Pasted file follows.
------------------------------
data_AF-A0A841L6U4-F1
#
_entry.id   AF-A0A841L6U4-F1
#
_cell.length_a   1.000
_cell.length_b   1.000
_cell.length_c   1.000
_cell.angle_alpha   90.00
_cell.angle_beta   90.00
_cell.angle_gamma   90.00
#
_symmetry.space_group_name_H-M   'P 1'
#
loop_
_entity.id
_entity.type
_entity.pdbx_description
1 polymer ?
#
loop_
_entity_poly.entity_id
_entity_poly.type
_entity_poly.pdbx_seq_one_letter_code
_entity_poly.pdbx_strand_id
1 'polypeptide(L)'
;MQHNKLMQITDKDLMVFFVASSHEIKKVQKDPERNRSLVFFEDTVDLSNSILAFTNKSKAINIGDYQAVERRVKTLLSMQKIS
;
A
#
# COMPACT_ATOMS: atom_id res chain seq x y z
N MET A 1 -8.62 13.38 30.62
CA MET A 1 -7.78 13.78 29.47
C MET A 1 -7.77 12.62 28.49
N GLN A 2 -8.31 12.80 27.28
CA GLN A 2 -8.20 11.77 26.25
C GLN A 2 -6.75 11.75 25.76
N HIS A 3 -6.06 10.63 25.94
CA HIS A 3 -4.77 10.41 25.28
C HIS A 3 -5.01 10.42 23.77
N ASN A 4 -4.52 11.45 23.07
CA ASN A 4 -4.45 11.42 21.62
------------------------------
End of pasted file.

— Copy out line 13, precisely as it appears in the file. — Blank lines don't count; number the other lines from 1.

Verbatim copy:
#